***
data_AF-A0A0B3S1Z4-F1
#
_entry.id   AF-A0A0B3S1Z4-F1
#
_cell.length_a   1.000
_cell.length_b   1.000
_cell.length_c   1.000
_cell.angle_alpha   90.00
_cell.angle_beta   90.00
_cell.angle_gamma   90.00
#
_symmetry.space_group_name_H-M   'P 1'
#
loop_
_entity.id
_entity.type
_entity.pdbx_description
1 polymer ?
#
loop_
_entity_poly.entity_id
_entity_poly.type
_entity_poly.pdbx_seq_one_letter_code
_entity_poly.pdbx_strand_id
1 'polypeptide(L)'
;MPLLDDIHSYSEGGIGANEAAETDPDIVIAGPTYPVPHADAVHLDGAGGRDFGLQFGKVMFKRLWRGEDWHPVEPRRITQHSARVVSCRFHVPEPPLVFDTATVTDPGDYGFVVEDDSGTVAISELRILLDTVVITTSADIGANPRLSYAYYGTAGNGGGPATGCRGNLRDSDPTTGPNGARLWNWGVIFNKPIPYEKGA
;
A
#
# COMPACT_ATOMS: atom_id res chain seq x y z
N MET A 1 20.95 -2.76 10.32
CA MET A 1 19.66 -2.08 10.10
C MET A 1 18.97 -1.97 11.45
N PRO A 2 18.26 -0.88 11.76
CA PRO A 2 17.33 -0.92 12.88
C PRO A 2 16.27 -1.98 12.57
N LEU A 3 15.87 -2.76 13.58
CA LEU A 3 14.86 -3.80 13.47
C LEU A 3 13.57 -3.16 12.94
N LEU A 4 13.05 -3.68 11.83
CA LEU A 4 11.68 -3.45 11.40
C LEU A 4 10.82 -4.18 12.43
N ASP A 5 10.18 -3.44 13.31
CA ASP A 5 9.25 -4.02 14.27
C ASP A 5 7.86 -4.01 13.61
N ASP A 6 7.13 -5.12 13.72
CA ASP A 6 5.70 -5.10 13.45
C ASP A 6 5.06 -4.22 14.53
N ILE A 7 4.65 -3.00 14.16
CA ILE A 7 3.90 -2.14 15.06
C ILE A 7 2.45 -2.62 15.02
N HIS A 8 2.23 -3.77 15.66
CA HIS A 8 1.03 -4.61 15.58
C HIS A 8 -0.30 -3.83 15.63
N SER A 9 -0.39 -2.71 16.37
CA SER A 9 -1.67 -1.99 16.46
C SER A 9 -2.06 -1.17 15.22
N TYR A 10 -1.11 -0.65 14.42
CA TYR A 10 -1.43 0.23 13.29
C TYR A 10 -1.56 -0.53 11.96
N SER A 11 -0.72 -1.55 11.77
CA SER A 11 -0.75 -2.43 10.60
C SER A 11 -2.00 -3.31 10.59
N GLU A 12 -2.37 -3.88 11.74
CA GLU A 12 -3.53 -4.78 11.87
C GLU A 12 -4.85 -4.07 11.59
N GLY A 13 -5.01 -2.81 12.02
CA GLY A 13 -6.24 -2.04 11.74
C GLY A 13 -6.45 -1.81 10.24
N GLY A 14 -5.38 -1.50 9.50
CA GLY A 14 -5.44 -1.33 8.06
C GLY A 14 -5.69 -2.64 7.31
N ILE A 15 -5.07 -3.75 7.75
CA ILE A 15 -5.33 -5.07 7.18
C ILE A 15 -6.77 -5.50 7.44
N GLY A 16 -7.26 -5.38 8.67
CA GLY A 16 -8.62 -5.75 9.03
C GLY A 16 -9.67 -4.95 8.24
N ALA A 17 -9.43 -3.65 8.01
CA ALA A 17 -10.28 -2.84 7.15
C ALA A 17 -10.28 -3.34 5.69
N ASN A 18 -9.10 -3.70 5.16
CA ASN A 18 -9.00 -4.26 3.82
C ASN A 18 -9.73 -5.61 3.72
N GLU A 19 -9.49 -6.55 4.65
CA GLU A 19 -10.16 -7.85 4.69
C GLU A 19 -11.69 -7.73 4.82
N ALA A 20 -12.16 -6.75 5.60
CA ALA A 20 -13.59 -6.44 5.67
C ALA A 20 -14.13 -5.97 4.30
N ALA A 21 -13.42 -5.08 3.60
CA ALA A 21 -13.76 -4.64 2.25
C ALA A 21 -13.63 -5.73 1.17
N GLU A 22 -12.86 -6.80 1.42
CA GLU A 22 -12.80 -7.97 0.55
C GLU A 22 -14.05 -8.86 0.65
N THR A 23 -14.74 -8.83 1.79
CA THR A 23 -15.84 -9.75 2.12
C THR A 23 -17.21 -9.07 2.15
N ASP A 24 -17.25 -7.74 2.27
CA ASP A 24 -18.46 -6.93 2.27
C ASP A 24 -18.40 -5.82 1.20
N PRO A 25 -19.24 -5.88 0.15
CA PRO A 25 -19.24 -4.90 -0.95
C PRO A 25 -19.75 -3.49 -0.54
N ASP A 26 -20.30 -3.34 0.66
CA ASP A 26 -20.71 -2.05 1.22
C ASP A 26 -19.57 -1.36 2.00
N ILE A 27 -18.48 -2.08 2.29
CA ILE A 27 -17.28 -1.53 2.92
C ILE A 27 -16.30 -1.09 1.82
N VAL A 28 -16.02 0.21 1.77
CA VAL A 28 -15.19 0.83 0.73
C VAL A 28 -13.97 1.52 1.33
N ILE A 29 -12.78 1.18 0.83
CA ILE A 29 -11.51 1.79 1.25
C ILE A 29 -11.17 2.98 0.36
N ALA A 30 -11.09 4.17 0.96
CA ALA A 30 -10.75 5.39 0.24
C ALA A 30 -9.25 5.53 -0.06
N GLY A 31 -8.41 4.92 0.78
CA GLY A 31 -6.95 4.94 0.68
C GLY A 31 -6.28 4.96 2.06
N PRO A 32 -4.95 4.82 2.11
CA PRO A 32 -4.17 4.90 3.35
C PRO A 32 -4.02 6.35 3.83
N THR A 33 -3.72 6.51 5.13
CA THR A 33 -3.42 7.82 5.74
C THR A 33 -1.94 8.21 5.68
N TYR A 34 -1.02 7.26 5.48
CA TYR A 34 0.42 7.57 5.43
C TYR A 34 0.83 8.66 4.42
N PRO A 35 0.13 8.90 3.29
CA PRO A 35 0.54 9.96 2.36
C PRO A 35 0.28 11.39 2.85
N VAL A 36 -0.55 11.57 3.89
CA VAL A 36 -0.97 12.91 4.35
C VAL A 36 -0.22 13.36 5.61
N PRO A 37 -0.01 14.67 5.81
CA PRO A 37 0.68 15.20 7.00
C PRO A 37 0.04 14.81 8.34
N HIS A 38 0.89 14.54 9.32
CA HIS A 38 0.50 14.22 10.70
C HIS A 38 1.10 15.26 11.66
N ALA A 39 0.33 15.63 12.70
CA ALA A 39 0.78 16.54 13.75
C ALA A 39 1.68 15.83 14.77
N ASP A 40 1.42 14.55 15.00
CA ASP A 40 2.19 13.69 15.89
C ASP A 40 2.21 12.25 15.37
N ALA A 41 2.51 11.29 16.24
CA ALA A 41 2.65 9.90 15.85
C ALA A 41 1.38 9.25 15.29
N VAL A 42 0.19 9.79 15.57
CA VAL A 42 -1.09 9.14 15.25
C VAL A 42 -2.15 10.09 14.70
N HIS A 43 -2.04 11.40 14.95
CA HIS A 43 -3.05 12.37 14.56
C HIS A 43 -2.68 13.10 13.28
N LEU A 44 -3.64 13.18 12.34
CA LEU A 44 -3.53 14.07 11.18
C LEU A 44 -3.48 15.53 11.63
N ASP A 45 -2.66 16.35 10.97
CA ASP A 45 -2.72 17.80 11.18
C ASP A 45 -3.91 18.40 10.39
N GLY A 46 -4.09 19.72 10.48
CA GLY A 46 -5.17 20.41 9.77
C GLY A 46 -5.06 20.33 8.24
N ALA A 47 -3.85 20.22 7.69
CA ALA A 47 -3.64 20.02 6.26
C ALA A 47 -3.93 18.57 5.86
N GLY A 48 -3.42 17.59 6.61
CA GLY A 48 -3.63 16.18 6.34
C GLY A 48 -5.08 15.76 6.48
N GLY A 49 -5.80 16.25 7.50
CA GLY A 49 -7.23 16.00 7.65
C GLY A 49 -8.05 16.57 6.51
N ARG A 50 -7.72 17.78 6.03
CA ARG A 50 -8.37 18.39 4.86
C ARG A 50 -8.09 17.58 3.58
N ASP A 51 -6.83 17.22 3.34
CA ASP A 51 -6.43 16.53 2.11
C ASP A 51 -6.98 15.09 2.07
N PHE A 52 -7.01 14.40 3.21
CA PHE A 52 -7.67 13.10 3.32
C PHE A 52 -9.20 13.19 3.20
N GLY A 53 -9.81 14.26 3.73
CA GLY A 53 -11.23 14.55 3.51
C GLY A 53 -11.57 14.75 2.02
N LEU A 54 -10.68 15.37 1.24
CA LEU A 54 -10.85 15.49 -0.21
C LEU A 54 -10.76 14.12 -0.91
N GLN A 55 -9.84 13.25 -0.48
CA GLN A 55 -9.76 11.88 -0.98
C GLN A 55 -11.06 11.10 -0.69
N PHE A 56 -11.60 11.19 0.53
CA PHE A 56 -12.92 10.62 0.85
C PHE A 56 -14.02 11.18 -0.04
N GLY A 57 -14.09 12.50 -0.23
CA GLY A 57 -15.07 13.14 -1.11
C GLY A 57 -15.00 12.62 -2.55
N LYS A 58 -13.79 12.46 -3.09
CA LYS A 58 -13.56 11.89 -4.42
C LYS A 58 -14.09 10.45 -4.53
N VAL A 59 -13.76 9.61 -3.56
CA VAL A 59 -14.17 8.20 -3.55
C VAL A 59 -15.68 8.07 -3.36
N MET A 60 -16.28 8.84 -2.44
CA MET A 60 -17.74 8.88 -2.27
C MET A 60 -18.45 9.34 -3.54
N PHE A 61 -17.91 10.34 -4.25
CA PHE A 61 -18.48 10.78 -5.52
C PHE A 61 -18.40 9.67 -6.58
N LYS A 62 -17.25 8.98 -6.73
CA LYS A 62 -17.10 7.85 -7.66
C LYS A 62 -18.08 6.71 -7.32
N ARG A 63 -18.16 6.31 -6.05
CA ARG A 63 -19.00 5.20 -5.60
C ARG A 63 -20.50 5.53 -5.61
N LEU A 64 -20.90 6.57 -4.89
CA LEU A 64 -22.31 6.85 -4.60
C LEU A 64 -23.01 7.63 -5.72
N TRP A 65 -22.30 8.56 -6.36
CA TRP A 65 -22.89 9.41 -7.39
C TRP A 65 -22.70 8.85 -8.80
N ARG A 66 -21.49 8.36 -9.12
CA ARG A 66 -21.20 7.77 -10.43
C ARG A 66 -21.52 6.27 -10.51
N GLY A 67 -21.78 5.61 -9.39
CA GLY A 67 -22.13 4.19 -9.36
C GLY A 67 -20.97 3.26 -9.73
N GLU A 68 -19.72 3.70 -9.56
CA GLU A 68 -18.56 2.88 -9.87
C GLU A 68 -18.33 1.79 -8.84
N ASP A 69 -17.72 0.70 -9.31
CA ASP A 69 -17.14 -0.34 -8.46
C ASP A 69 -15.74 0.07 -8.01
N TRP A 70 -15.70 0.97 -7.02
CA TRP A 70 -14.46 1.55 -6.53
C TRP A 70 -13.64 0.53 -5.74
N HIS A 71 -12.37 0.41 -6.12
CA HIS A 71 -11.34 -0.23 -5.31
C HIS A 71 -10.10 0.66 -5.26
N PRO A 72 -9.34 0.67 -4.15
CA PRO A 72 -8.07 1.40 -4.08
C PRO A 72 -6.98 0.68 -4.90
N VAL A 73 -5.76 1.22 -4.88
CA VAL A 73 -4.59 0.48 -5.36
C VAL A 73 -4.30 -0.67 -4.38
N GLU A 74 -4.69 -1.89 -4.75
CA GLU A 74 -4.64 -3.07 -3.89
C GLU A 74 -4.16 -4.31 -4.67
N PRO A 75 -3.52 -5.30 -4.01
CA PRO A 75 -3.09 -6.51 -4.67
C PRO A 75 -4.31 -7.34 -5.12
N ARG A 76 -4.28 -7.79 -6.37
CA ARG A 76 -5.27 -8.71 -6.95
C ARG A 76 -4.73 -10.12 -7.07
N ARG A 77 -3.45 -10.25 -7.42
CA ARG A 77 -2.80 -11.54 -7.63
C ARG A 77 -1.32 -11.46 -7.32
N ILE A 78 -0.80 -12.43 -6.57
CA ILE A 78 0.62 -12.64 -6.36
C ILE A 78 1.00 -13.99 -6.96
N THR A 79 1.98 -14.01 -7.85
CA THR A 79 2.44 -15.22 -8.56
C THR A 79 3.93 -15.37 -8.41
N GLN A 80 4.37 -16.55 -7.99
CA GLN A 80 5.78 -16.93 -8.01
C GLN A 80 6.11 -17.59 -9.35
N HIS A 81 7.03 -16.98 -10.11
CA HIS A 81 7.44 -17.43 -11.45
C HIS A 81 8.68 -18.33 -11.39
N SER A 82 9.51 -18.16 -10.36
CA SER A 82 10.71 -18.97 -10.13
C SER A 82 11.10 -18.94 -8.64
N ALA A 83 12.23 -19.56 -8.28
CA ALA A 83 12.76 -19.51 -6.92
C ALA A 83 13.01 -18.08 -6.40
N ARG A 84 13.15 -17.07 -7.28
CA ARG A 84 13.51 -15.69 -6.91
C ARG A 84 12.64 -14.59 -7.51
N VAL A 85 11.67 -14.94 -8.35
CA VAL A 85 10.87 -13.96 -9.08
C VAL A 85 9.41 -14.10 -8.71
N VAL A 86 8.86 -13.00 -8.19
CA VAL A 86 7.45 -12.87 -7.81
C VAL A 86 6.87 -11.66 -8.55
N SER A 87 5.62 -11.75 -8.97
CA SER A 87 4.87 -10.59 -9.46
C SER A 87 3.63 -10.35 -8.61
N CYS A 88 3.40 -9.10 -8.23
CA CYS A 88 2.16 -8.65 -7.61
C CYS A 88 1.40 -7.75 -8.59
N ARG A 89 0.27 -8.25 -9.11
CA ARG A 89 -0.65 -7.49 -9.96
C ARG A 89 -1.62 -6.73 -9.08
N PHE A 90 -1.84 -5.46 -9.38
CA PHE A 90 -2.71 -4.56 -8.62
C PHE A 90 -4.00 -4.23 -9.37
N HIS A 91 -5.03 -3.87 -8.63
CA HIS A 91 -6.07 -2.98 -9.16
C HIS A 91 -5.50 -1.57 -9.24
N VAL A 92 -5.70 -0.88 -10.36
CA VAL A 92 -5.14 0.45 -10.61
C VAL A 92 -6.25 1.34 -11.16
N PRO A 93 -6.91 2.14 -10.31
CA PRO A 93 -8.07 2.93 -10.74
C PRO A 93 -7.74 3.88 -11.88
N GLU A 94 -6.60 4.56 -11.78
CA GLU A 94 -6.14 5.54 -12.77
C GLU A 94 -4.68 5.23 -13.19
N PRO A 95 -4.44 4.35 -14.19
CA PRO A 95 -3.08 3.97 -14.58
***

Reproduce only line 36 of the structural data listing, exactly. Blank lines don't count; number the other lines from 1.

C PRO A 2 16.27 -1.98 12.57